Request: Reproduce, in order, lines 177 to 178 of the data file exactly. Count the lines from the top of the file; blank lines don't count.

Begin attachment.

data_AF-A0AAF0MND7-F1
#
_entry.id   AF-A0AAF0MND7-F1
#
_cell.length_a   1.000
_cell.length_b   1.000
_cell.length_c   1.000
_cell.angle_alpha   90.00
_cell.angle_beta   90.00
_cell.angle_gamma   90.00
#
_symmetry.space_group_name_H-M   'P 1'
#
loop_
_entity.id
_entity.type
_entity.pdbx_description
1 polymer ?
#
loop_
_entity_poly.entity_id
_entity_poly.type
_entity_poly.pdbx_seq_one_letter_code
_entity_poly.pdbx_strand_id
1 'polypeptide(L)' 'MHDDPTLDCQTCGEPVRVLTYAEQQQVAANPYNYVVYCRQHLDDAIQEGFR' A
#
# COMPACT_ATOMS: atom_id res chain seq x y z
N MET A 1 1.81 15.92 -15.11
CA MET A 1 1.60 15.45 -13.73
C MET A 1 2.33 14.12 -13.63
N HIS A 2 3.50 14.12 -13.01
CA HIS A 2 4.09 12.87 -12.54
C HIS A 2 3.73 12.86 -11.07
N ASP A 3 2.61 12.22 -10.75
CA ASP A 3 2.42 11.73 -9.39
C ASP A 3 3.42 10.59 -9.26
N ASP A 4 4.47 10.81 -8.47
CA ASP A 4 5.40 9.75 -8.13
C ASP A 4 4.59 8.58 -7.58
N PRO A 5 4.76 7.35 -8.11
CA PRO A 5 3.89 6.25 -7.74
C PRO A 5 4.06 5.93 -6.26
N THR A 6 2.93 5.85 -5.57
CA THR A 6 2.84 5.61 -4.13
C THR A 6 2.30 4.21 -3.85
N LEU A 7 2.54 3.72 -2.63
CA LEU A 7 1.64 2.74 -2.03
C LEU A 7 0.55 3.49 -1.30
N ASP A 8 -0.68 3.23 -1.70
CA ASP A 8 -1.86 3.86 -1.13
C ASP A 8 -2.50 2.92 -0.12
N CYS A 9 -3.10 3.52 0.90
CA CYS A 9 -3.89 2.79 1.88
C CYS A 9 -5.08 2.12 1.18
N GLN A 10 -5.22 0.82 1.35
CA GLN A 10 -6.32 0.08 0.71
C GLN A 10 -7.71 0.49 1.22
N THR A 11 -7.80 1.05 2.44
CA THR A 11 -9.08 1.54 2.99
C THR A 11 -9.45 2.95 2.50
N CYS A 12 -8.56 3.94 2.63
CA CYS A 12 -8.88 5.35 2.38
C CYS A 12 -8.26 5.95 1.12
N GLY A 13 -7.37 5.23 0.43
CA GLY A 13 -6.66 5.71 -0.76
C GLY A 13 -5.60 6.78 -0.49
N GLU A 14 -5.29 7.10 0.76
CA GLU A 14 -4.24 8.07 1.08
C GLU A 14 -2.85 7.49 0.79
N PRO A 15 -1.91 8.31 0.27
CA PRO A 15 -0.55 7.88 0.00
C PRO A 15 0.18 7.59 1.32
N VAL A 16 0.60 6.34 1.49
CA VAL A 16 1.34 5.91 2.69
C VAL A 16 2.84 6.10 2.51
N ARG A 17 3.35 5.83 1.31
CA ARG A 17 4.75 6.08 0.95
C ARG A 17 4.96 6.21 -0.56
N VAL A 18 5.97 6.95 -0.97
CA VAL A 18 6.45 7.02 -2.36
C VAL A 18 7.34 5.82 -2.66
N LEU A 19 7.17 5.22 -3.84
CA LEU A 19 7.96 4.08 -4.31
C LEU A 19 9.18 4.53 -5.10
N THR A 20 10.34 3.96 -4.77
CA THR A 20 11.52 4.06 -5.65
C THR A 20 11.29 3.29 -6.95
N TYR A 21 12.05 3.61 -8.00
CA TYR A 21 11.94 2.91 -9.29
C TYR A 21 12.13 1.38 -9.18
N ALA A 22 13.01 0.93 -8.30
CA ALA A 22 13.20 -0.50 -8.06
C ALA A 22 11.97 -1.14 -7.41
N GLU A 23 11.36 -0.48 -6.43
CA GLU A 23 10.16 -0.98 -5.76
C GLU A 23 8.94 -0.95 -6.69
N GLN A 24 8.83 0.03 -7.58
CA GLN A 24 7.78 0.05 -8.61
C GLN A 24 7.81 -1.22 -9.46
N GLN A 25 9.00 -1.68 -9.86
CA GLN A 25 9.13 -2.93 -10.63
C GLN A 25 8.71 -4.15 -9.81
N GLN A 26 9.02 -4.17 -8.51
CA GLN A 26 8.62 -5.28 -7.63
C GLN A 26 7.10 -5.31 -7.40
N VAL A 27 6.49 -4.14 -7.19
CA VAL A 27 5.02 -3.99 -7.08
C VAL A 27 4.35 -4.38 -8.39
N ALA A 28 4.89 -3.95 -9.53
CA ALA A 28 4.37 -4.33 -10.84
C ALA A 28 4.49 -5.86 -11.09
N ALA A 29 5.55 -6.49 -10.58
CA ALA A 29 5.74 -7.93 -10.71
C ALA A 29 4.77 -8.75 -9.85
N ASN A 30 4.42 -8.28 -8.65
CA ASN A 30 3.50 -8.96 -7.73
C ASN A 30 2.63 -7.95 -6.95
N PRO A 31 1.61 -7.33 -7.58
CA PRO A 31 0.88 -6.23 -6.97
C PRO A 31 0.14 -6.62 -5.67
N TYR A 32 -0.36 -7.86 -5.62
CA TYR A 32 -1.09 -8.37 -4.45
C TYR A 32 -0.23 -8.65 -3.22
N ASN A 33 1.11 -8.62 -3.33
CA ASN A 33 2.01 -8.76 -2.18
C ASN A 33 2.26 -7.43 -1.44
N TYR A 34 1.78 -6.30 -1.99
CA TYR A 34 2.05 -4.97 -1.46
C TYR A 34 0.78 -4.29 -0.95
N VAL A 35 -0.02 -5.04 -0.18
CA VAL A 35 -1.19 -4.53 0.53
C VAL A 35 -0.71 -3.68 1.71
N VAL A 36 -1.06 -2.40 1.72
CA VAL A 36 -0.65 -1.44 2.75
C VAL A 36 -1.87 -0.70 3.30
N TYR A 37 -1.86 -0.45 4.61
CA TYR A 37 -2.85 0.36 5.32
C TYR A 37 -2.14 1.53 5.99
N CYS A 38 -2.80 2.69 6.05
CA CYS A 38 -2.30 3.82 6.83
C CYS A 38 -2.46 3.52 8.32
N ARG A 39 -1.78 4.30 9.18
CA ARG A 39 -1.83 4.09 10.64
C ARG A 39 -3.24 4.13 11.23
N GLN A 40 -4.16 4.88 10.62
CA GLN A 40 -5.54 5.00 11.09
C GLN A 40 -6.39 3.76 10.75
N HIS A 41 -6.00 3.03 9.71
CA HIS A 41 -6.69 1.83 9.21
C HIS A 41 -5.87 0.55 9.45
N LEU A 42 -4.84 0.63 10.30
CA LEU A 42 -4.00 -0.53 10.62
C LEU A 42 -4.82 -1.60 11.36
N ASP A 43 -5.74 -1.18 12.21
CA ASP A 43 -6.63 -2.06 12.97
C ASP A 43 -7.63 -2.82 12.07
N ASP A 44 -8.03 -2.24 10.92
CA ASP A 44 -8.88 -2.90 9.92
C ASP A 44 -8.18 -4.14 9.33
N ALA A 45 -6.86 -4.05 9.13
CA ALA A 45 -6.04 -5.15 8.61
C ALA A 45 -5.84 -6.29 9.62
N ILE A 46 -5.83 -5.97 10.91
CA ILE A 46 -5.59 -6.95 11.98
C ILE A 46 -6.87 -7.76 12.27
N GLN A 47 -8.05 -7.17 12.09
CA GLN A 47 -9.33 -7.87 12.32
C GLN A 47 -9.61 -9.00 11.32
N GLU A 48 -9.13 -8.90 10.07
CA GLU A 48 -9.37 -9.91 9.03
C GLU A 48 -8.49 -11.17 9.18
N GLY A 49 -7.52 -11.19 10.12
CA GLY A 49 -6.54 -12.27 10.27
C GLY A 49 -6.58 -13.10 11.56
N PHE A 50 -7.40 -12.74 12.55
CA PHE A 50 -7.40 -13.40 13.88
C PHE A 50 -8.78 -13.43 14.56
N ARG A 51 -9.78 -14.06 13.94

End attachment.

C PHE A 50 -8.78 -13.43 14.56
N ARG A 51 -9.78 -14.06 13.94